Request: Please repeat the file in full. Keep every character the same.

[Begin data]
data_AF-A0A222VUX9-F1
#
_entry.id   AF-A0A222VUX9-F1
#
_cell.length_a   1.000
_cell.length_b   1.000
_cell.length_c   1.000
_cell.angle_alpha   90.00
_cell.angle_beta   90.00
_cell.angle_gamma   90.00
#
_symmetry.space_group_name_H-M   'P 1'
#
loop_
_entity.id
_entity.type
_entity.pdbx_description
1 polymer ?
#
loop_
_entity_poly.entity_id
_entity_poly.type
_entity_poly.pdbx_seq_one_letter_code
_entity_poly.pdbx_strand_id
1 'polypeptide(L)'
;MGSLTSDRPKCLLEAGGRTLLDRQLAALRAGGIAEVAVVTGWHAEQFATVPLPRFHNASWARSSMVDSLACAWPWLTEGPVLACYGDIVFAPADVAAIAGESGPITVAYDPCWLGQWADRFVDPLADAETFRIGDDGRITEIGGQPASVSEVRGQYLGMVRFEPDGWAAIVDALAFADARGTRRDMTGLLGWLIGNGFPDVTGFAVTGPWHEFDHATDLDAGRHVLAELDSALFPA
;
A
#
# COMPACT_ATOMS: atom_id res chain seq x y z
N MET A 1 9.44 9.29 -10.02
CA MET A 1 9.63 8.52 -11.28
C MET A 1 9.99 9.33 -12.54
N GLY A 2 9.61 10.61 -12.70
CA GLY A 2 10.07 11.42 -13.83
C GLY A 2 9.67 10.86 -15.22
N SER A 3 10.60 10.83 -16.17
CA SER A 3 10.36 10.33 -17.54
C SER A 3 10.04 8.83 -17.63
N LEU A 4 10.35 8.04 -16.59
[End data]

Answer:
data_AF-A0A222VUX9-F1
#
_entry.id   AF-A0A222VUX9-F1
#
_cell.length_a   1.000
_cell.length_b   1.000
_cell.length_c   1.000
_cell.angle_alpha   90.00
_cell.angle_beta   90.00
_cell.angle_gamma   90.00
#
_symmetry.space_group_name_H-M   'P 1'
#
loop_
_entity.id
_entity.type
_entity.pdbx_description
1 polymer ?
#
loop_
_entity_poly.entity_id
_entity_poly.type
_entity_poly.pdbx_seq_one_letter_code
_entity_poly.pdbx_strand_id
1 'polypeptide(L)'
;MGSLTSDRPKCLLEAGGRTLLDRQLAALRAGGIAEVAVVTGWHAEQFATVPLPRFHNASWARSSMVDSLACAWPWLTEGPVLACYGDIVFAPADVAAIAGESGPITVAYDPCWLGQWADRFVDPLADAETFRIGDDGRITEIGGQPASVSEVRGQYLGMVRFEPDGWAAIVDALAFADARGTRRDMTGLLGWLIGNGFPDVTGFAVTGPWHEFDHATDLDAGRHVLAELDSALFPA
;
A
#
# COMPACT_ATOMS: atom_id res chain seq x y z
N MET A 1 9.44 9.29 -10.02
CA MET A 1 9.63 8.52 -11.28
C MET A 1 9.99 9.33 -12.54
N GLY A 2 9.61 10.61 -12.70
CA GLY A 2 10.07 11.42 -13.83
C GLY A 2 9.67 10.86 -15.22
N SER A 3 10.60 10.83 -16.17
CA SER A 3 10.36 10.33 -17.54
C SER A 3 10.04 8.83 -17.63
N LEU A 4 10.35 8.04 -16.59